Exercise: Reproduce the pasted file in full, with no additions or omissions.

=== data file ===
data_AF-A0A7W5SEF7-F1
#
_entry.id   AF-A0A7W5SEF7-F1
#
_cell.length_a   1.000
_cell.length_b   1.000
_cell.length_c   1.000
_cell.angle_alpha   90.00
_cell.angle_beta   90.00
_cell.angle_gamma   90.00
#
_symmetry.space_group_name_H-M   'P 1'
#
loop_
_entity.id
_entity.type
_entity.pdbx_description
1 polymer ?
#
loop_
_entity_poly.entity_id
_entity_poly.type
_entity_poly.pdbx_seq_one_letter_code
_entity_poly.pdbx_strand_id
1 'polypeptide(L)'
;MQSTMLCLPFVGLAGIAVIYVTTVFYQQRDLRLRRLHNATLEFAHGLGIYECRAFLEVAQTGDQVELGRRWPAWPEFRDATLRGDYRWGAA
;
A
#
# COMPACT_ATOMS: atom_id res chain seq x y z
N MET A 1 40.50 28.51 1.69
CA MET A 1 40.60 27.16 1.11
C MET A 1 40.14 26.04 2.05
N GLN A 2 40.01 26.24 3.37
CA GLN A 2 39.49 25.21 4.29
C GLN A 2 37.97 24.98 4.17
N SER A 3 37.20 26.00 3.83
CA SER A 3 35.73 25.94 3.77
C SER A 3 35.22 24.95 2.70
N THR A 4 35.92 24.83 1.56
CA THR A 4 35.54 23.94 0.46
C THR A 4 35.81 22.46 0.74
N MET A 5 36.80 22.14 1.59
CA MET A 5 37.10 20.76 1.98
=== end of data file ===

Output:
data_AF-A0A7W5SEF7-F1
#
_entry.id   AF-A0A7W5SEF7-F1
#
_cell.length_a   1.000
_cell.length_b   1.000
_cell.length_c   1.000
_cell.angle_alpha   90.00
_cell.angle_beta   90.00
_cell.angle_gamma   90.00
#
_symmetry.space_group_name_H-M   'P 1'
#
loop_
_entity.id
_entity.type
_entity.pdbx_description
1 polymer ?
#
loop_
_entity_poly.entity_id
_entity_poly.type
_entity_poly.pdbx_seq_one_letter_code
_entity_poly.pdbx_strand_id
1 'polypeptide(L)'
;MQSTMLCLPFVGLAGIAVIYVTTVFYQQRDLRLRRLHNATLEFAHGLGIYECRAFLEVAQTGDQVELGRRWPAWPEFRDATLRGDYRWGAA
;
A
#
# COMPACT_ATOMS: atom_id res chain seq x y z
N MET A 1 40.50 28.51 1.69
CA MET A 1 40.60 27.16 1.11
C MET A 1 40.14 26.04 2.05
N GLN A 2 40.01 26.24 3.37
CA GLN A 2 39.49 25.21 4.29
C GLN A 2 37.97 24.98 4.17
N SER A 3 37.20 26.00 3.83
CA SER A 3 35.73 25.94 3.77
C SER A 3 35.22 24.95 2.70
N THR A 4 35.92 24.83 1.56
CA THR A 4 35.54 23.94 0.46
C THR A 4 35.81 22.46 0.74
N MET A 5 36.80 22.14 1.59
CA MET A 5 37.10 20.76 1.98